Try Fluffy Stuff (a snappy “lactose IPA”), Dewdrop Mornings, Decadent Tourist, Functioning Call, sweet Fruit Fetish (Lactose and fruit puree), and more of the 20 beers on tap at this merry tasting room. Levante invites 30 food trucks in rotation (one per day), has live music, and outdoor seating for people and their dogs. Open Wed – Fri 4-9, 10, 11 as the week progresses. Sat 11-11 to coincide with Artisan Exchange open market next door.
Best Restaurants in West Chester PA
EAT: Restaurant Andario
Andario opened in late 2019, and has been winning raves ever since. It is, according to most foodies, the hottest thing to hit West Chester in years. Right now, “Dinner Series” only is available. $75 gets you the table and tasting for the evening. A tough ticket, as to be expected.
EAT: Opa Taverna
Get your Gyro’s, shish-kabobs with lemon potatoes, tzatziki and other Greek delights at this obviously popular spot.
EAT/DRINK: Iron Hill Brewery and Restaurant, West Chester
College towns love brew-pubs and West Chester’s Iron Hill Brewery proves that point. Its massive dining room is as full as can be at the Covid moment, with regulars scarfing up tweaks on pub-grub. The burgers are great. And those include Falafel Burger ($14) and Pimento Cheeseburger ($14). Also find salads from Strawberry to Quinoa ($8-$11), and a selection of Hearth Baked Pizzas ($13-$15). All go down well with a flight of Iron Hill’s best brews on tap.
EAT/PROVISION: Carlino’s Italian Market, West Chester
Sure, you can buy a slice of one of the best Tomato Pie’s in the country. Or order a wedge of Gouda from the largest cheese selections outside of Philly. But even if you don’t intend to purchase anything, just walk in the door of this family–run market and take a deep breath.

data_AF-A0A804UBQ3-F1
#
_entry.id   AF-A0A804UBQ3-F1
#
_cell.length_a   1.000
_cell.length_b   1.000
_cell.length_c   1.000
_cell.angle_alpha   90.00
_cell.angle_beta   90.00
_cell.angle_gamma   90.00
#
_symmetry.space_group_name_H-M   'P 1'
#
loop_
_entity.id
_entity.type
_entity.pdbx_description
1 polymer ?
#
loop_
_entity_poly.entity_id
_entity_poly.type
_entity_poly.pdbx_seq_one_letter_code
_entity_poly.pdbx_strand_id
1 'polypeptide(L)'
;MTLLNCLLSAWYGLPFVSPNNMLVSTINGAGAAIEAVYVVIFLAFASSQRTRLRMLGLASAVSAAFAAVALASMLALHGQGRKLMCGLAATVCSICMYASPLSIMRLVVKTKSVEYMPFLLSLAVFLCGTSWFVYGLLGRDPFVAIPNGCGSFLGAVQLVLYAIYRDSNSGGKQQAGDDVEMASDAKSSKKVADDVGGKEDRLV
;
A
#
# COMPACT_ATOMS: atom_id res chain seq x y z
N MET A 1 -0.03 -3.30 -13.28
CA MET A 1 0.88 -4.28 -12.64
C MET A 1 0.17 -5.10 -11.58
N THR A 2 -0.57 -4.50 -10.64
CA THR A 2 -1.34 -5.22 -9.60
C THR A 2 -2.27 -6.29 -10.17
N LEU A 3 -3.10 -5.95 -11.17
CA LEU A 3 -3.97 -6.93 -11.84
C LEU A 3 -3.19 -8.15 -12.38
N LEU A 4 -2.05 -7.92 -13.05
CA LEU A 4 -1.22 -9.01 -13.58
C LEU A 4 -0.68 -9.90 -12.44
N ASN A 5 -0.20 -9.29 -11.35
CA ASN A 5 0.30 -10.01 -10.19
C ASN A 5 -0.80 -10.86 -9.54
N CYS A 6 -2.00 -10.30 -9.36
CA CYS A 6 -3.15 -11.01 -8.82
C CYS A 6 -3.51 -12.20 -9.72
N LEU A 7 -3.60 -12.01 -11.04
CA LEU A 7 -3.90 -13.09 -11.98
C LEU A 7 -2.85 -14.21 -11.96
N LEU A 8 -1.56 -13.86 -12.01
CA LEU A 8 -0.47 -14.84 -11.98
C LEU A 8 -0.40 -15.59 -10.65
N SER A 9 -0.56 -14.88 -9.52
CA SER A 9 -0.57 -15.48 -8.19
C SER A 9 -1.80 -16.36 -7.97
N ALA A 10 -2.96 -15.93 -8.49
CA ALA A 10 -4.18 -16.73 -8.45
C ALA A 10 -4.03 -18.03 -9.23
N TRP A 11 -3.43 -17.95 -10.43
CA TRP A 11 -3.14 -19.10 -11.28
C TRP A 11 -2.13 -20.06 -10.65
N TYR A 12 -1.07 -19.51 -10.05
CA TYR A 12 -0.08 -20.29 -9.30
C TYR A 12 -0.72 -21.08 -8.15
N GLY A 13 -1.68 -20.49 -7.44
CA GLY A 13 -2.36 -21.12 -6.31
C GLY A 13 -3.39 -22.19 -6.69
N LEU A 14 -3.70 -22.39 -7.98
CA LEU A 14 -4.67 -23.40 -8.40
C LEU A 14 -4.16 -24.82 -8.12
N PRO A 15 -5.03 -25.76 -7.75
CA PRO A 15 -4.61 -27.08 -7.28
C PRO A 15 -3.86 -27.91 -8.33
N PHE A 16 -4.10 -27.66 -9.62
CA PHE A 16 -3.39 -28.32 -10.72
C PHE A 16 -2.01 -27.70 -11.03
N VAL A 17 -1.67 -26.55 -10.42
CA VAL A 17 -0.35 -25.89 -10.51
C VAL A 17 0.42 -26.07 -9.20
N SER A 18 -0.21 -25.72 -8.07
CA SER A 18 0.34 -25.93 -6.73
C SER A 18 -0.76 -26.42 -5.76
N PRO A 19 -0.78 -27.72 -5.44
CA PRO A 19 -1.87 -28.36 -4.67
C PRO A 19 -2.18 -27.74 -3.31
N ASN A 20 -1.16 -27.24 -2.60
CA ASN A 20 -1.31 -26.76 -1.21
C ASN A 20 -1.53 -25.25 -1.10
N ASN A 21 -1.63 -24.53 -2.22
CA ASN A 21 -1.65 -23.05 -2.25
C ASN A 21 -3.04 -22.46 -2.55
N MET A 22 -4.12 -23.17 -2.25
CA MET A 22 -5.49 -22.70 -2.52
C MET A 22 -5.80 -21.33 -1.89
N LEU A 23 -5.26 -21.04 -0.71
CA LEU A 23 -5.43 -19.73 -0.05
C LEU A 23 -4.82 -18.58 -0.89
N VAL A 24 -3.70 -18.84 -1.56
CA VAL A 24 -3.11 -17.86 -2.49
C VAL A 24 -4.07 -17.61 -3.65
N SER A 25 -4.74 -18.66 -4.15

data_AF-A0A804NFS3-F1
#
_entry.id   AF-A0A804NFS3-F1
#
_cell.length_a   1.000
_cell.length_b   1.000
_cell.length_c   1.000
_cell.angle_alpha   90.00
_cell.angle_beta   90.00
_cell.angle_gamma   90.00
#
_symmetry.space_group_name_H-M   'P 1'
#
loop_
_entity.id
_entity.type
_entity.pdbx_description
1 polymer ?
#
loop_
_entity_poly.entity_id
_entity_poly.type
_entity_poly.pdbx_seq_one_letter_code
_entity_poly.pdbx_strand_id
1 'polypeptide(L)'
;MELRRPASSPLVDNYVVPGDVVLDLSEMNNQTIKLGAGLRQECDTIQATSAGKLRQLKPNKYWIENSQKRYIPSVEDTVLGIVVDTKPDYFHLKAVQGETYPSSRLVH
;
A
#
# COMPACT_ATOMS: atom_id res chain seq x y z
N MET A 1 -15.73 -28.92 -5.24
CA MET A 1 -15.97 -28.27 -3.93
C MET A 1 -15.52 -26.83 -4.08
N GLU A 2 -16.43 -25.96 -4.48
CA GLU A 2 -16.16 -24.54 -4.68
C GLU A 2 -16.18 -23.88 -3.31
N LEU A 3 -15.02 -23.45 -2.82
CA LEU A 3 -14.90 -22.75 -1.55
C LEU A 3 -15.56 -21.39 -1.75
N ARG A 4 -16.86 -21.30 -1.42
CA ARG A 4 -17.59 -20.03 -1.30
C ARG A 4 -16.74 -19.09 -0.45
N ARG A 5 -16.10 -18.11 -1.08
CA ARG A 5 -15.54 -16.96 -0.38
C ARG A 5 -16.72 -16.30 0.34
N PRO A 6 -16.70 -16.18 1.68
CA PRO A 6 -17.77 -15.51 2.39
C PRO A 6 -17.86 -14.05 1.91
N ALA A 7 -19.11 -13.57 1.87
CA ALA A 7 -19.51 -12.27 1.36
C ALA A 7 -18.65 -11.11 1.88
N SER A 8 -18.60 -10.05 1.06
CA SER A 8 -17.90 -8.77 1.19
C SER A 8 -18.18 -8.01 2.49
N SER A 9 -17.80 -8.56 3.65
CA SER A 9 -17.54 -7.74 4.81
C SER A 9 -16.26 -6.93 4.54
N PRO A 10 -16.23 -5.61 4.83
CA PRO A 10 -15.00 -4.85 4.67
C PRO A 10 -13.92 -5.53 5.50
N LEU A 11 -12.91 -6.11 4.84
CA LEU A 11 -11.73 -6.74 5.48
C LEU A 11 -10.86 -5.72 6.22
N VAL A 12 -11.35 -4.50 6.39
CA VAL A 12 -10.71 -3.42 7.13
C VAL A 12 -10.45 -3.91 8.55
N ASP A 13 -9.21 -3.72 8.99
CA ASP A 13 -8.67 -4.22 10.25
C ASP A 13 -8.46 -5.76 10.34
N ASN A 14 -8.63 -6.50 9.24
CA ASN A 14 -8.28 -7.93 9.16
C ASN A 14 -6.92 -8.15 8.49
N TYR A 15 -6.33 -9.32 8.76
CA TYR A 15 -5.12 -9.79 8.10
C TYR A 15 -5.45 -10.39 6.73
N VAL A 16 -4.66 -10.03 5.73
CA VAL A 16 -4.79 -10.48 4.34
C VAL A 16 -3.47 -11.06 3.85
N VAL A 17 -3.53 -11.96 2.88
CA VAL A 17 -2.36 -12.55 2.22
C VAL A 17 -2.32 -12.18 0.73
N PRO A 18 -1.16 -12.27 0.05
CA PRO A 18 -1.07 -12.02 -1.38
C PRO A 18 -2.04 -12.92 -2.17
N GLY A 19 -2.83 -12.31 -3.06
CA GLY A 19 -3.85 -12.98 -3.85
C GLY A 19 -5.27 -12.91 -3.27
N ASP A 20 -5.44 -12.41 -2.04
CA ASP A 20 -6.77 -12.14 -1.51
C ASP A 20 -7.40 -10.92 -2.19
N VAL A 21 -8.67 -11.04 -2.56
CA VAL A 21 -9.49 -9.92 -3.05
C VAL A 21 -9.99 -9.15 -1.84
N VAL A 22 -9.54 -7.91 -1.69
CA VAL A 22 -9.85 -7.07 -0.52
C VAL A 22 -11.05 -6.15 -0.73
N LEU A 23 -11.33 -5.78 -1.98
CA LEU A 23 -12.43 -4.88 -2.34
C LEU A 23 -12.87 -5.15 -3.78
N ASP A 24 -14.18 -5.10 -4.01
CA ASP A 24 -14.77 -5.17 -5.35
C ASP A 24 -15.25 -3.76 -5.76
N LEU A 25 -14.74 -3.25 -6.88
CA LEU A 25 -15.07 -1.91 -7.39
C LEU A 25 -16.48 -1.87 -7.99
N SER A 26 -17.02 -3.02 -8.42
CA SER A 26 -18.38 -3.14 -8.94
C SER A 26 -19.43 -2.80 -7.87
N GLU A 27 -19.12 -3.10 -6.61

The aroma from the combination of fresh baked breads and pastries, olives and olive oils, dried meats, pastas, and salads, will impel you to walk out with at least a crispy warmed slice of pizza. Or, you can do what those who work nearby do nearly every day. Pick up a square of incredible lasagna or salad from the salad bar and eat at one of a few tables.
ICE CREAM: Scoops & Smiles
Get your ice cream cones and milk shakes at this independently owned shop. Even when outside temps are the same as that of the ice-cream, people still line up for the frozen creamy stuff. The mark of a great place.
EAT: Locals recommend
West Chester has plenty of other decent (and sometimes spectacular) dining options, which is one huge reason why downtown bustles on mild evenings – even during Covid. Try Limoncello and Mercato for good Italian, The Mediterranean for healthy platters, Spence Café for find meat and seafood, Roots Cafe for organic vegan options, Sterling Pig Tap Room for great craft beer, The Social for scratch Cajun, Kooma for Sushi, and Bar Avalon.
Best Hotels in West Chester PA
STAY: Faunbrook B&B
When visiting your student at West Chester University in West Chester PA, check out Faunbrook B&B. Why settle for a cookie cutter franchise hotel when you can stay in the charmer of a Bed and Breakfast. The home was built in 1860 by PA Congressman and oil and banking tycoon, Smedley Darlington, a name that conjures up the hero (or villain) of a Victorian melodrama.
The Darlington Family – Smedley, his wife, five daughters, and a son – all lived in this three-story home. The six B&B rooms are now named after the Darlington children. One daughter, Isabelle, graduated Carlisle Law School in 1895, and though prohibited from taking classes there, snuck into University of Pennsylvania to attend lectures.